The 99 Jamz Summer Jamz Concert: Winners and Losers

Rap has always been a genre of shifting themes, varied messages, and ever-evolving production. At its best, it can be like a mirror, a voice that reflects the current climate of American affairs at any given moment. Other times, it's just really fun music you move your head to. In any form, two elements have always remained constant: A smooth flow and a solid beat. The 99 Jamz Summer Jamz Concert at the BB&T Center on Saturday night definitely had great moments, and some ho-hum aspects that didn't pack the punch a big summer concert should. And like a freestyle, there is always a winner and a loser, so let's look at what won and what vomited mom's spaghetti on its sweater.

The Sets
With a three hour window of performance time for the four headliners, it was important to cram in as much as possible in terms of spectacle and song. K. Michelle, Future, Jeezy, and Rick Ross had abbreviated sets to fit in the time restraints of a summer concert, but each performer had moments which put the crowd on their feet. Almost like a musical Snapchat, each rapper was able to cut and contain a few bars of their most famous songs effectively. 
K. Michelle
Judging by her introduction, it felt like Beyonce was starting the show. But reality star K. Michelle is completely her own performer, one that shows both staying and star power. Featuring a live band (a talented drummer and pianist/dj) and two synchronized back-up singers, K. Michelle came out with dramatic effect. Vibrant white and purple lights splashed the crowd while the stage was covered in crimson. As the opener, she mostly played to an arriving crowd, but performed like it was a sold-out arena. 
The Crowd
Whether its a small audience nodding along or thousands moving in unison, the crowd adds an important level of energy to any show. The relationship between fan and rapper is symbiotic. At the BB&T Center, fans were in constant rhythm when rappers delivered, and MCs and DJs showed their love for them, giving no shortage of shout outs to all the counties in South Florida throughout the show.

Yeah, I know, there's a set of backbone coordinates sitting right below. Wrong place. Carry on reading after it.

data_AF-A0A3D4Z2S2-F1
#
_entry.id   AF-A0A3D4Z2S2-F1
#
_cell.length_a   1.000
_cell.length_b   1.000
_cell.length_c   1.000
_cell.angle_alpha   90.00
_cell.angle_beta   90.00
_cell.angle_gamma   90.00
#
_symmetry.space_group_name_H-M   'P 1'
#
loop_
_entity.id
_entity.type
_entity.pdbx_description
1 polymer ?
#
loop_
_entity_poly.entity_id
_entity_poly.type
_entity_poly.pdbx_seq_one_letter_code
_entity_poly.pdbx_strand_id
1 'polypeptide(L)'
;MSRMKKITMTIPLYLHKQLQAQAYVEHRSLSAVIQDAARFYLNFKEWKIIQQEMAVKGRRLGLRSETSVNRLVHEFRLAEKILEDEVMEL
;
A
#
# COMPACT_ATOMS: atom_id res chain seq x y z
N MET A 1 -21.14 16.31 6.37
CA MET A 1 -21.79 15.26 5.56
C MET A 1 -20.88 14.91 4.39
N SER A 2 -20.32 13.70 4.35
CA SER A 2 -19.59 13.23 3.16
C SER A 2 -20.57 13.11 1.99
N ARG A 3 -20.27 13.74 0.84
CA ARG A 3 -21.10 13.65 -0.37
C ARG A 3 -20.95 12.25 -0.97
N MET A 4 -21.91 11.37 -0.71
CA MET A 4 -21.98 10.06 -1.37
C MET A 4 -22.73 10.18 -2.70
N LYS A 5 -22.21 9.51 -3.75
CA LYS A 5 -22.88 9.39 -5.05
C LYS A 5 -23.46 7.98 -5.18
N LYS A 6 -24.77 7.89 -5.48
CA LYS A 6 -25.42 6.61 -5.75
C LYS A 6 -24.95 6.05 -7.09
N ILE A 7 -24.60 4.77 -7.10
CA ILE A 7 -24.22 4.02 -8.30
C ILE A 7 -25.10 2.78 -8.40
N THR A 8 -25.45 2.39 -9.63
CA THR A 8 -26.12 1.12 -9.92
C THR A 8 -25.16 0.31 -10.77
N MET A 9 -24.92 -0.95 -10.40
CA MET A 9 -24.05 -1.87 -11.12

The Artist Sometimes Known as Young Jeezy had command of the crowd the moment he stepped on stage. Judging by their reaction, you'd think he was the headliner. With a strong, gritty flow he sounded like tar was covering his vocal chords. Jeezy amped up the energy with every bar, telling the crowd we were going to make this a "gangsta party." Songs ranging from "Everythang," "Trap or Die," and the hit-single "Sole Survivor" kept the momentum flowing, and were highlighted when the Snowman would go acapella for a few bars. He interspersed songs with conversation, hyping the crowd up and even taking a moment for the ladies, saying "If your pussy clean, let me hear you scream." Many clapped and cheered, so a big win for vaginal hygiene.
Rick Ross featuring...
Two things are expected at a Rick Ross show: Boss references and special guest appearances. Looking noticeably slimmer but maintaining his deep Southern growl, Ross appeared on stage with 20-something members of his crew at his back. Audiences roared when T.I. came out, followed by Yo Gotti and fellow Maybach Music Group artist Gunplay. The Boss delivered the goods with his guests, but had trouble holding his own, which brings us to some of the night's low points.

Who's The Boss?
As a headliner, Rick Ross didn't have the energy or enthusiasm one would expect, especially for a hometown boy. The crowd reaction ebbed and flowed, with songs like "B.M.F" getting a large pop, and the aforementioned guest appearances really delivered. But fans had started to gather and go when he was finishing his set and when Ross closed with "Hustlin'," a surprising number of fans were already climbing the stairs of the BB&T Center. It makes one wonder if his music connects with the people of South Florida like it used to.
DJ Khaled
It feels Miami is split down the middle on DJ Khaled. He draws either inspiration or the ire of many. A self-congratulatory appearance before Rick Ross had Miami's not-so favorite adopted son on stage rap-talking over his most famously produced songs, cutting off each track 10-15 seconds in with "Yo, cut that!" He then scrolled through his phone behind Rick Ross, looking at what one can only assume was an adorable kitten BuzzFeed list..
Drop the Bass
One big problem with a live rap concert is the bass can take over, and not in a good way. Sometimes it can pound so loudly, you feel your clothes shaking, like it did during Future's set. However, often during the concert the bass would buzz loudly with WHOMP WHOMPs and overpower the rappers to the point where you couldn't make out a lyric. In a large arena, it's a considerable issue. A laptop will never replace real instruments, ever. 
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Michael Benjamin Hernandez